Infographic: GDPR 12 Steps You Can Take NOW

Click Here to Download the PDF: GDPR 12 Steps That You Can Take Right Now

 

So now we know what it is and what it means, this week we take a look at what we should do about it. A really useful starting point is contained in the Information Commissioners website which provides a range of resources explaining GDPR and how organisations can go about preparing to comply with it.

Their 12 steps guide covers the initial activities that can be started immediately and include;

  • Awareness of Decision Makers
  • Information Audit
  • Update Privacy Notices
  • Procedures for Individual Rights
  • Subject access requests procedures
  • Consent procedures
  • Under-age Consent Procedures
  • Privacy Impact Assessments
  • Data Protection Officer
  • International Implications

The guide is summarised below for convenience.

1. Awareness 

You should make sure that decision-makers and key people in your organisation are aware that the law is changing to the GDPR. They need to appreciate the impact this is likely to have.

 

2. Information you hold

You should document what personal data you hold, where it came from and who you share it with. You may need to organise an information audit.

 

3. Communicating privacy information

You should review your current privacy notices and put a plan in place for making any necessary changes in time for GDPR implementation.

 

4. Individuals’ rights

You should check your procedures to ensure they cover all the rights individuals have, including how you would delete personal data or provide data electronically and in a commonly used format.

 

5. Subject access requests

You should update your procedures and plan how you will handle requests within the new timescales and provide any additional information.

 

6. Lawful basis for processing personal data

You should identify the lawful basis for your processing activity in the GDPR, document it and update your privacy notice to explain it.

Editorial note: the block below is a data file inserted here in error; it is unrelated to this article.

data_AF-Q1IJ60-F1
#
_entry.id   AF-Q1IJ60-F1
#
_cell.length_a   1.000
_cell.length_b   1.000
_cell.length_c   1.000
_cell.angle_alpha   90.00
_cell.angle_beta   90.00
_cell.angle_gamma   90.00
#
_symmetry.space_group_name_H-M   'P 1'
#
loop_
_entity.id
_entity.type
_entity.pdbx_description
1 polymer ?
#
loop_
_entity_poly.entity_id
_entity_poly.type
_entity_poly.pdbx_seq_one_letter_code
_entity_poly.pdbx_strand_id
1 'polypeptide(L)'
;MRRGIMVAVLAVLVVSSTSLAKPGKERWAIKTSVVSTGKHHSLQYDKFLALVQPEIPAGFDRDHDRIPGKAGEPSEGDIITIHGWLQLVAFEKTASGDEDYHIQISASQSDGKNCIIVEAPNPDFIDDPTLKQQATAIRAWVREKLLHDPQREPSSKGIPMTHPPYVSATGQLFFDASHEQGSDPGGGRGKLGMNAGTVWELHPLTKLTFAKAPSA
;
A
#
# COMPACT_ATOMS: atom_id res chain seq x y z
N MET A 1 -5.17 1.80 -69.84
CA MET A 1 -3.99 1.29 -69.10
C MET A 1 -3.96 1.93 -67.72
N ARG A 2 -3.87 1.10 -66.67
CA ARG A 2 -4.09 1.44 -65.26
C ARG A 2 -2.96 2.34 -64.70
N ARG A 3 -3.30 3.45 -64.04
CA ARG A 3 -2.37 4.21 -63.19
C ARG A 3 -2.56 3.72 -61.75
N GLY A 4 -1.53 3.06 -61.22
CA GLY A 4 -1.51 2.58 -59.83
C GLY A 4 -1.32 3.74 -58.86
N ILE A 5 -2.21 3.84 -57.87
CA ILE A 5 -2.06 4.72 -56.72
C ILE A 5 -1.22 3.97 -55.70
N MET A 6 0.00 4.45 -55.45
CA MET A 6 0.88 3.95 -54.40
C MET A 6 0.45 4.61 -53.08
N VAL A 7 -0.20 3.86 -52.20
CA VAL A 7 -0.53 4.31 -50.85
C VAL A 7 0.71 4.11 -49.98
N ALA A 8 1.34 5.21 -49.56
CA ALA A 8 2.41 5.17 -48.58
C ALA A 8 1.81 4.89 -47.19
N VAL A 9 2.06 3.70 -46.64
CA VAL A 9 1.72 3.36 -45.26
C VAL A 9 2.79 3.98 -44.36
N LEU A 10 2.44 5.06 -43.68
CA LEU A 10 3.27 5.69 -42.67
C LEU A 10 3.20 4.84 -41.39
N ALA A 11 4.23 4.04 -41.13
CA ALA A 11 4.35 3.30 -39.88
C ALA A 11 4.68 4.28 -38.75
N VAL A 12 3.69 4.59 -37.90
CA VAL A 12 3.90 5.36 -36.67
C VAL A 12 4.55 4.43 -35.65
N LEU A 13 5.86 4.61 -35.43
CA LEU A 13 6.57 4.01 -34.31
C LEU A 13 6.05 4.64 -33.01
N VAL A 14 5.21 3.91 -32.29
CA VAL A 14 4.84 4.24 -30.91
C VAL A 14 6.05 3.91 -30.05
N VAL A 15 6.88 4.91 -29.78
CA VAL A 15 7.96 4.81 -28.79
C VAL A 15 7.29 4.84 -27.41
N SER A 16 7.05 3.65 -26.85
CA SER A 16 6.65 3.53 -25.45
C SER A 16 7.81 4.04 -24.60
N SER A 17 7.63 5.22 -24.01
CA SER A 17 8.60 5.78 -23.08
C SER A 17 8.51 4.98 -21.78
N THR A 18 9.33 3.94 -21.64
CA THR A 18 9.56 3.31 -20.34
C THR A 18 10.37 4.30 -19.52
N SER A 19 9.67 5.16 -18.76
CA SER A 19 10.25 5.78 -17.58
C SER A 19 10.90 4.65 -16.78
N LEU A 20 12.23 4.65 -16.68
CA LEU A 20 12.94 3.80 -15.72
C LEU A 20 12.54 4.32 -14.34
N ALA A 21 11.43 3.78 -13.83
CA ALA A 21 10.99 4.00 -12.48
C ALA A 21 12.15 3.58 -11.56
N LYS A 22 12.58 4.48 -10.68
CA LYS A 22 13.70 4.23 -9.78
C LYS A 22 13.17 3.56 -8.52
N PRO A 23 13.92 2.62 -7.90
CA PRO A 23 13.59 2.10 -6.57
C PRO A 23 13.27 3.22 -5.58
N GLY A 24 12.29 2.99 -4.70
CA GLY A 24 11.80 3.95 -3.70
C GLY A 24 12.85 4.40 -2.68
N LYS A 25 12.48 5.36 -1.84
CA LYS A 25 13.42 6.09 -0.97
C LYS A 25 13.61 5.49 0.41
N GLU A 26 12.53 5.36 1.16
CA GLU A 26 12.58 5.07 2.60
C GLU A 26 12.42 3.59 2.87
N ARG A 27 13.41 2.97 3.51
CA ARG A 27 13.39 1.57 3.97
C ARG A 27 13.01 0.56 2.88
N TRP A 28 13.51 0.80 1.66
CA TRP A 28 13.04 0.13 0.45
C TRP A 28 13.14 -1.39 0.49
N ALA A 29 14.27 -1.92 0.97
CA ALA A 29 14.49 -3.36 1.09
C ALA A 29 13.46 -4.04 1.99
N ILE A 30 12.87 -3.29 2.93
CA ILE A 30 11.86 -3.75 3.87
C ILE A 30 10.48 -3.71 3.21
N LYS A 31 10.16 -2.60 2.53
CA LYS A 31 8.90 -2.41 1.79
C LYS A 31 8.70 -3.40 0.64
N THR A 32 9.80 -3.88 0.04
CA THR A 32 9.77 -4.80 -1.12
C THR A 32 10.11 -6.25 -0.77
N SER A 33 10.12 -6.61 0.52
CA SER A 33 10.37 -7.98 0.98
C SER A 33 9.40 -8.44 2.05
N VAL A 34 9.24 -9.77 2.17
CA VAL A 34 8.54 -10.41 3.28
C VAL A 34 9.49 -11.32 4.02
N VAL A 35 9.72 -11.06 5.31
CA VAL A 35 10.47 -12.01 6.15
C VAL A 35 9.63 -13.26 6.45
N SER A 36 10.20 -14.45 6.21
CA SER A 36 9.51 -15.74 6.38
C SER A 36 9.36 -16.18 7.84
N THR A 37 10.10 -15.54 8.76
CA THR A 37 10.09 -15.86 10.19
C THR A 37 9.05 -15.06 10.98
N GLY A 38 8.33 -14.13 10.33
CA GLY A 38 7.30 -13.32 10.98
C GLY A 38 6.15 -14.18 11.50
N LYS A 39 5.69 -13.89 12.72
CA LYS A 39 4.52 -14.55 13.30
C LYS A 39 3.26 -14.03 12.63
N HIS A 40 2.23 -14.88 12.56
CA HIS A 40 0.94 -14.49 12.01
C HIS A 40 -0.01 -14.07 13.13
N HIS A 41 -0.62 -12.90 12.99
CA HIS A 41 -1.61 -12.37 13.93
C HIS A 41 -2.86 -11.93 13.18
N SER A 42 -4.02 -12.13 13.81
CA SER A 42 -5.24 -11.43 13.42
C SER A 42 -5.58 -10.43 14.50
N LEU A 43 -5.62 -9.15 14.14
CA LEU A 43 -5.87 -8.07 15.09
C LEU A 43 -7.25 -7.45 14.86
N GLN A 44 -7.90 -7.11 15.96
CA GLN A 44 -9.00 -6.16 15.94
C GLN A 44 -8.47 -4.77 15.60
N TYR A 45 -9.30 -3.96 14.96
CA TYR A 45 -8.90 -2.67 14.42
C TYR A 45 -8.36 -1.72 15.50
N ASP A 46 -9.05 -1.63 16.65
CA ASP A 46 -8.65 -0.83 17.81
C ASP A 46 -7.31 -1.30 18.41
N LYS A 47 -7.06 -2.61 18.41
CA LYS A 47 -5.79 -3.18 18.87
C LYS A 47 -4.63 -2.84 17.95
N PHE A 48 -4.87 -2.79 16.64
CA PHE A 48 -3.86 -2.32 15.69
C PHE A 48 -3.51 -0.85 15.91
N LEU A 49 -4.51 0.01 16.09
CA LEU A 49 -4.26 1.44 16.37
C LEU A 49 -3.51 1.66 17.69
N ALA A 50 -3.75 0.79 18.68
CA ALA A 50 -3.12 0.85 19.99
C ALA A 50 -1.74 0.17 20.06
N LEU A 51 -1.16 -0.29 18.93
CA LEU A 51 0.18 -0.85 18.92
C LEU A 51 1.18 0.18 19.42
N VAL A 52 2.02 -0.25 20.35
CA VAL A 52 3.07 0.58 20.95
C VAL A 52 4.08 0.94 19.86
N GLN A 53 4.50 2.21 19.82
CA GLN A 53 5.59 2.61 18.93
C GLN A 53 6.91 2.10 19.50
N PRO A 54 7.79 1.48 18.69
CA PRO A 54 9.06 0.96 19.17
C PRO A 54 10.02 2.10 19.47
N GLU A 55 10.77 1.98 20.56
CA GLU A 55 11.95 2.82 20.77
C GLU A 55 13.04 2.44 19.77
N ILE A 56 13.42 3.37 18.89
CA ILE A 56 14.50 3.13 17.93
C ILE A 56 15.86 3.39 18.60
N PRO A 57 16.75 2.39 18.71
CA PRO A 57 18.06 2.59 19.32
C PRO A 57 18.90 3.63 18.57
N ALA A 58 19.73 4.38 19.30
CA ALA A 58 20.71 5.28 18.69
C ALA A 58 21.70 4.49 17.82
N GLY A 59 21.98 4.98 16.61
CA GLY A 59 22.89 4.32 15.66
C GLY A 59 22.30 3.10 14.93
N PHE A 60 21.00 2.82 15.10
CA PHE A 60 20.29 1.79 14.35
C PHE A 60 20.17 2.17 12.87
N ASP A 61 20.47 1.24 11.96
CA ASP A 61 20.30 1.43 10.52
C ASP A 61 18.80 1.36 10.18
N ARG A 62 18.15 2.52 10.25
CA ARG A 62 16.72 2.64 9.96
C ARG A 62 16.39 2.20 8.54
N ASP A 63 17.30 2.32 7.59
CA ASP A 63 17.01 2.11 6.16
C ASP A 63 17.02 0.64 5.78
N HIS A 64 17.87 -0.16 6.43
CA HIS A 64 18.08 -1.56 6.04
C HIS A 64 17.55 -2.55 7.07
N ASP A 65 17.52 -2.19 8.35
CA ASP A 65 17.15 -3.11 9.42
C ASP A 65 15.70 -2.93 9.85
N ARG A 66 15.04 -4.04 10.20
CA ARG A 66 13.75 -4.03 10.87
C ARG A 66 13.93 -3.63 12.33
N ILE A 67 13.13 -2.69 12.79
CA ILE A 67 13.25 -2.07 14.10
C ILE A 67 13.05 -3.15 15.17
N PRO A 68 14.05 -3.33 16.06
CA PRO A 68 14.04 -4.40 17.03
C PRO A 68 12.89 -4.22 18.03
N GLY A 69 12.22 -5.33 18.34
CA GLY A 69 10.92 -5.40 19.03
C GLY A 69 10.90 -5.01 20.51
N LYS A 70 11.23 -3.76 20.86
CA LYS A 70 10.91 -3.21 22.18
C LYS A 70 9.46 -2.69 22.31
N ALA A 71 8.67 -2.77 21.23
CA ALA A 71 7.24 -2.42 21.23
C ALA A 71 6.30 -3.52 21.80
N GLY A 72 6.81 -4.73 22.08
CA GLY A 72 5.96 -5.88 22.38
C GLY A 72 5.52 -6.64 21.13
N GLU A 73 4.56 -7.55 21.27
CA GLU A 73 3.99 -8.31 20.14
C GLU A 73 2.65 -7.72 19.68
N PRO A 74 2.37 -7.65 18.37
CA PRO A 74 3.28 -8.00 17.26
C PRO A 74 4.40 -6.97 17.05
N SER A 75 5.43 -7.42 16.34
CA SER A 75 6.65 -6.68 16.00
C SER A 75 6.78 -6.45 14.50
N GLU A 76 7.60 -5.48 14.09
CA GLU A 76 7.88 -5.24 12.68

7. Consent

You should review how you seek, record and manage consent and whether you need to make any changes. Refresh existing consents now if they don’t meet the GDPR standard.

 

8. Children

You should start thinking now about whether you need to put systems in place to verify individuals’ ages and to obtain parental or guardian consent for any data processing activity.

 

9. Data Breaches

You should make sure you have the right procedures in place to detect, report and investigate a personal data breach.

 

10. Data Protection by Design and Data 

Protection Impact Assessments. You should familiarise yourself now with the ICO’s code of practice on Privacy Impact Assessments as well as the latest guidance from the Article 29 Working Party, and work out how and when to implement them in your organisation.

 

11. Data Protection Officers

You should designate someone to take responsibility for data protection compliance and assess where this role will sit within your organisation’s structure and governance arrangements. You should consider whether you are required to formally designate a Data Protection Officer.

 

12. International

If your organisation operates in more than one EU member state (i.e you carry out cross-border processing), you should determine your lead data protection supervisory authority. Article 29 Working Party guidelines will help you do this.

In our next blog we will discuss some of the technical implications borne out of GDPR compliance.

 

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